Plans of Resistance: Gordon Matta-Clark’s Fake Estates


The Ooz

Volume 4, Issue 16
April 11, 2019

The premature passing of an artist signals a loss of intellectual potential but also the rousing of speculative projection within the art world. When Gordon Matta-Clark (GMC) succumbed to pancreatic cancer in 1978 at the early age of 39, he had made the seven building cuts that form the core of his influence in the arts and architecture, but his eventual stature
was to be confirmed.

As an example, the files for Fake Estates, a project in which GMC purchased 13 micro-parcels in Queens, New York, collected their attendant documents and tax receipts, and photographed the lots, idled in a closet for nearly 18 years. It became the role of the curator, historian, and viewing subject to narrativize Fake Estates upon its posthumous publicization at the 1992 IVAM exhibit in Valencia, assembled by his widow, the writer and filmmaker Jane Crawford.[1]

Matta-Clark’s leftover spaces, as with his very process of  land accumulation, are often positioned as commentary upon systems of land use, valuation, and speculation. The tiny parcels, some smaller than two square feet, highlight inconsistencies within an omnipresent, continuous land-use structure that comprise the framework of capitalism. In an effort to maximize the bureaucratic management and subdivision of space, the system undermines its own totalizing logic. Some residual spaces were not worth optimizing and therefore became invisible as the mechanics of the city, in its insatiable hunger for real estate (versus land), grew outwards and upwards. The tiny lots manifest as ruptures within the capitalist Gesamtkunstwerk. Perhaps more telling is that the city reacquired the lots in lieu of collecting taxes after GMC’s death. Though unserviceable, the parcels remained privileged for their fiscal status: land is capital, no matter the size.

GMC was trained as an architect at Cornell. He participated in—and doggedly protested—the many practices and channels of architectural production, including a “visceral” installation at the Institute for Architecture and Urban Studies [2]. Perhaps best known for his volumetric interventions in which he cut, erased, and displaced built matter, Fake Estates specifically activates a no-less significant—for some the primary—architectural instrument: the plan. In working architecturally, GMC made ideas simultaneously in two-dimensional drawings and three-dimensional space. His real estate documents employ a series of notational systems, namely those conventions pertaining to planimetric projection, which delimit spatial boundaries and serve as a means of information exchange. Within real estate practice, the plan manifests as both the expression and document of capital; it is legal and speculative at the same time. In Fake Estates, GMC instrumentalizes the plan for its resistive potential: it asserts a border and legitimizes the space within, at once participating in the process of spatial subdivision while destabilizing the apparatus of land speculation. In other words, GMC’s tiny lots resist the production of capital as they thwart its total spatial conquest. His plans, and the spaces they represent, are interstices within the economic ooze of the city.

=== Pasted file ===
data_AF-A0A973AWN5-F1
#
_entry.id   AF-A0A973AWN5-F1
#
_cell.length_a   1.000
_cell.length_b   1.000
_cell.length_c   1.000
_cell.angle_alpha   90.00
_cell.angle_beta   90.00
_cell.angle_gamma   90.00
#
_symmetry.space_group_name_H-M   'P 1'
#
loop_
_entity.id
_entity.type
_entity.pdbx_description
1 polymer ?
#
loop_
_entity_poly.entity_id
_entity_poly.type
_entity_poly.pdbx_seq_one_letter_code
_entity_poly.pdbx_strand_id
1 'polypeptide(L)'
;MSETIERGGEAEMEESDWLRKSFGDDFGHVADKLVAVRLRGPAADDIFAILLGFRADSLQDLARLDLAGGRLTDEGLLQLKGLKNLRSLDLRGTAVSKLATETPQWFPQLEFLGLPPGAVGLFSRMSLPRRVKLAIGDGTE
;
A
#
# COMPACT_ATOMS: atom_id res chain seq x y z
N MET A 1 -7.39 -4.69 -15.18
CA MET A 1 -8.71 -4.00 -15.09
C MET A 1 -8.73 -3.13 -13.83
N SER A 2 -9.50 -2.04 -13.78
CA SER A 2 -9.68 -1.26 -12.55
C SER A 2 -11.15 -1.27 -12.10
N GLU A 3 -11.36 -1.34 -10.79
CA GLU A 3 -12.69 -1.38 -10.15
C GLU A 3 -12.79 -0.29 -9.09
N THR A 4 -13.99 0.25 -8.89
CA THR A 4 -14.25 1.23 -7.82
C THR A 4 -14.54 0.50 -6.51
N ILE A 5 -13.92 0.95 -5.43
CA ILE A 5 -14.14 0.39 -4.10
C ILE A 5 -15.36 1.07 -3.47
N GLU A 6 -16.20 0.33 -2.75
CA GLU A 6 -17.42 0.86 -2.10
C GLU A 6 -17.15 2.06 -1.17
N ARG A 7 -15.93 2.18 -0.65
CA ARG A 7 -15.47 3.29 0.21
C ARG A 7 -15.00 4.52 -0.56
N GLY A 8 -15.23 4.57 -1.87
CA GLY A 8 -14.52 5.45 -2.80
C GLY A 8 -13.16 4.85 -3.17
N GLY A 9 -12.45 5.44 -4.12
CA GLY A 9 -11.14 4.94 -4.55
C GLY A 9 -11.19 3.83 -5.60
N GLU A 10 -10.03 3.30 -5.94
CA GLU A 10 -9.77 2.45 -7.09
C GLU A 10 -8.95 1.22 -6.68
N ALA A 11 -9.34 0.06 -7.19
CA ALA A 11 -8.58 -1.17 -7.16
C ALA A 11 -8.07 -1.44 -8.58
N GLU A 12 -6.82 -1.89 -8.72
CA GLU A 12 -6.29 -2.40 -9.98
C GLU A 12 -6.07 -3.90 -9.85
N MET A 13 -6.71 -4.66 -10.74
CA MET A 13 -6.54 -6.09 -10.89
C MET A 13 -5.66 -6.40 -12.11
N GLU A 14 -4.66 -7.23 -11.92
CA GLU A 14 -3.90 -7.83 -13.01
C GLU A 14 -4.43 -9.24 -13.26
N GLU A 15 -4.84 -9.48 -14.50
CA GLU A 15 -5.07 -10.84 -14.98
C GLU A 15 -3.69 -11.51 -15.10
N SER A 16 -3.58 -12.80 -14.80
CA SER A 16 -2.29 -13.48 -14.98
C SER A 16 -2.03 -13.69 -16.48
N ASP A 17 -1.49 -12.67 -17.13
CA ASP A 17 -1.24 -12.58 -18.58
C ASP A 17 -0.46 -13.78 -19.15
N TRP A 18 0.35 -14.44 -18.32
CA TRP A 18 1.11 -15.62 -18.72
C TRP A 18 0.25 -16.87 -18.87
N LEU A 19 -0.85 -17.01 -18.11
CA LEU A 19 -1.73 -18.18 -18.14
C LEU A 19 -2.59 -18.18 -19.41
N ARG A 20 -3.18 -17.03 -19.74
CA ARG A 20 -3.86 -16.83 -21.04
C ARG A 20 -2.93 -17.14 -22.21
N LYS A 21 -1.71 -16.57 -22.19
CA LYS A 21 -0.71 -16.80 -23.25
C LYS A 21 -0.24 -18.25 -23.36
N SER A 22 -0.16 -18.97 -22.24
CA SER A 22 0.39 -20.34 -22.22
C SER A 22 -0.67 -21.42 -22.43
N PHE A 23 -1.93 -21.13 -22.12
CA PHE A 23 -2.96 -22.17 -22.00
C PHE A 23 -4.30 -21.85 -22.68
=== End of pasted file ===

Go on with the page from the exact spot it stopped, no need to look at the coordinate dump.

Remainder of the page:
[1] de Monchaux, Nicholas. “The Death and Life of Gordon Matta-Clark.” AA Files 74 (2017): 183–199.
[2] Richard, Frances. “Spacism,” Places Journal, March 2019. Accessed 06 Apr 2019. https://doi org/10.22269/190305

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Volume 4, Issue 16
April 11, 2019

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